2013 could be the most exciting year of baseball ever, but not for everyone, such as those players facing increased pressure to perform at a high level this season. Some players are being asked to step up as a result of injuries ahead of them on the depth chart, others are entering make-or-break seasons for new contracts, looking to re-establish their presence or are young players vying to avoid being written off. In this entry, I’ll identify a few players per group, starting with the first two that come to mind.
Asked to Step Up
Shelby Miller, RHP, St. Louis Cardinals: Miller has spent the past few seasons as one of the game’s top prospects, but there was a point in 2012 when many wondered if the Texan would ever put it together after a horrid start to the season. As seen in the table below, the 22-year-old corrected his flaws, regained his velocity and went on a dominant stretch before St. Louis rewarded their top pitching prospect with a September call up. Now with Chris Carpenter sidelined for the season and Jaime Garcia’s uncertain status for April, the St. Louis Cardinals will need Shelby Miller to step up for them by grabbing a back-end rotation spot in 2013, but performing at a higher level than that.
Kevin Youkilis, 3B, New York Yankees: With third baseman Alex Rodriguez potentially out for the entire 2013 season, the entire reason Kevin Youkilis was brought in on a one-year, $12 million deal is to fill the void at the hot corner.
Tim Lincecum, SP, San Francisco Giants: Tim Lincecum began his career as well as anyone could, winning 2 Cy Young awards in his first three seasons and turning in another few fine seasons that seemingly had him poised to become one of the highest paid pitchers in the league. So it wasn’t that crazy for the righty to settle for a two-year, $40.5 million deal as opposed to a five-year, $100 million extension that would have bought out three of his free agency seasons. It didn’t quite work that way, though, as the Washington product struggled mightily in 2012, turning in a career worst strikeout and walk percentage while also losing a few ticks off of his fastball. Lincecum’s been proving doubters wrong since day one with his unorthodox style that have turned in unparalleled success, but he’ll need to do it again in 2013, even if he may never get the long-term deal he once had hoped for.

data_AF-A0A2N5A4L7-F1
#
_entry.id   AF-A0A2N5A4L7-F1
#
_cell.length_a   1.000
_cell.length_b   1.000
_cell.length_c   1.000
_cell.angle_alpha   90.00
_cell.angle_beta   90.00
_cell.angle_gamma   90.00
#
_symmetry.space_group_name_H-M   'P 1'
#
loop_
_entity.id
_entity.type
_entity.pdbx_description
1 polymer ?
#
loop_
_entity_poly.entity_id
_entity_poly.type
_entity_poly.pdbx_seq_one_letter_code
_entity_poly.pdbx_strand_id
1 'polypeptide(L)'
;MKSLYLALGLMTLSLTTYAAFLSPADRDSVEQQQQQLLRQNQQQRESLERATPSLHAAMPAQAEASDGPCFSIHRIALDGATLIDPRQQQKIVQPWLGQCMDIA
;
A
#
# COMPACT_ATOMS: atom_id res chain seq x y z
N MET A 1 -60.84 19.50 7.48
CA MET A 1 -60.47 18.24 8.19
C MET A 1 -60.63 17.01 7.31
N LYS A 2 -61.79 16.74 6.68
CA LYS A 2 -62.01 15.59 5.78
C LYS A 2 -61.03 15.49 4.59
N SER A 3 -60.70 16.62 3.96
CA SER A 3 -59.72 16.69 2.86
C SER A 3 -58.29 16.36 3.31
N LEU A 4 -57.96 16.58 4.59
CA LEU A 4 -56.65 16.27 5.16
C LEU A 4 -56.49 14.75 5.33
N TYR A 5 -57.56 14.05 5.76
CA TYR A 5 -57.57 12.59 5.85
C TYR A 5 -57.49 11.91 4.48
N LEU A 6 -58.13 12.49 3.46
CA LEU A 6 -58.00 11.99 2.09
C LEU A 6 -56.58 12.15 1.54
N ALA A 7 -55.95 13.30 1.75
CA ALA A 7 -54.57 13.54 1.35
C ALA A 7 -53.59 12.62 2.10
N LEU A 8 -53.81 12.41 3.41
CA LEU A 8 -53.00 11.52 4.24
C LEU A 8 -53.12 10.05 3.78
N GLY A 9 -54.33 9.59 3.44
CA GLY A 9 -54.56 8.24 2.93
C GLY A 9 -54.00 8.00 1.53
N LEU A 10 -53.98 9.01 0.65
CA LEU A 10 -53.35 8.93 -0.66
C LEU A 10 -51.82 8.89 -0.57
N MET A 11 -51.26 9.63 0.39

Jeff Francoeur, RF, Kansas City Royals: Using fWAR (FanGraphs’ Wins Above Replacement), Jeff Francouer was one of the worst players to take the field in 2012 to the point he was providing negative value to his own team. The kicker is he’s back for another season as the team’s everyday right fielder after Kansas City opted to trade his heir apparent in top prospect Wil Myers and bank on the beloved veteran to provide some level of passable production in 2013. Just about everything will have to go right for the Royals to make the playoffs and it starts with Francouer performing in his walk year. So far, he’s saying all the right things, but he can prove it on the field?
Justin Upton, LF, Atlanta Braves: Ever since Kevin Towers became the Arizona Diamondbacks general manager, Justin Upton found his name in trade rumors on a consistent basis and it was the beginning of the end for the two sides. The relationship became irreparable; before finally finding a landing spot for the 25-year-old Upton, Arizona removed the “Uptown” signs at Chase Field, overcrowded their outfield by signing Cody Ross to a multi-year deal, and lost out on their preferred return package because Upton exercised his limited no-trade clause. With a much needed change of scenery, I expect Justin Upton to re-emerge as a star in 2013 by producing All-Star caliber numbers, meaning he would need to put up a 5 fWAR season.
Melky Cabrera, LF, Toronto Blue Jays: Melky Cabrera hit a ridiculous .346/.390/.516 in 501 plate appearances for the San Francisco Giants in 2012, made it to his first career All-Star game and was on his way to winning the NL batting title. He was doing all this in the final year of his contract, too. Cabrera couldn’t have been in a better situation, that is until the outfielder tested positive for testosterone and received a 50-game suspension as a result. While he still managed to sign a two-year, $16 million contract with the Toronto Blue Jays, Cabrera undoubtedly lost out on millions of dollars in his deal. Meanwhile, the Blue Jays perhaps made the biggest bargain signing in the offseason.
Don’t Write Me Off
Eric Hosmer, 1B, Kansas City Royals: As a 21-year-old, Eric Hosmer showed how good he could be at the plate, batting .293/.334/.465 with 19 home runs in his first season in the big leagues. 2012 was a completely different story, though, as Hosmer joined the aforementioned Jeff Francouer as one of the least valuable players in baseball. There are several theories as to why the Hosmer couldn’t hit a lick last year, ranging from a shoulder injury to being a 22 year old playing everyday at the highest level. But unless Hosmer lost all the tools he possessed that had him projected as a superstar, it’s hard to worry about his putrid sophomore campaign.
Domonic Brown, OF, Philadelphia Phillies: Domonic Brown has been one of the Phillies top prospects for the past few years now, but the team hasn’t exactly showed faith in their corner outfielder. Instead of giving the now 25-year-old a chance, Philadelphia has gone out and signed veteran free agents to take over glaring holes on their roster (see: Juan Pierre, Delmon Young). Spring training performances don’t mean much, but Brown did have this mammoth home run on Tuesday. Maybe this is the year Brown is given his chance to contribute. Maybe.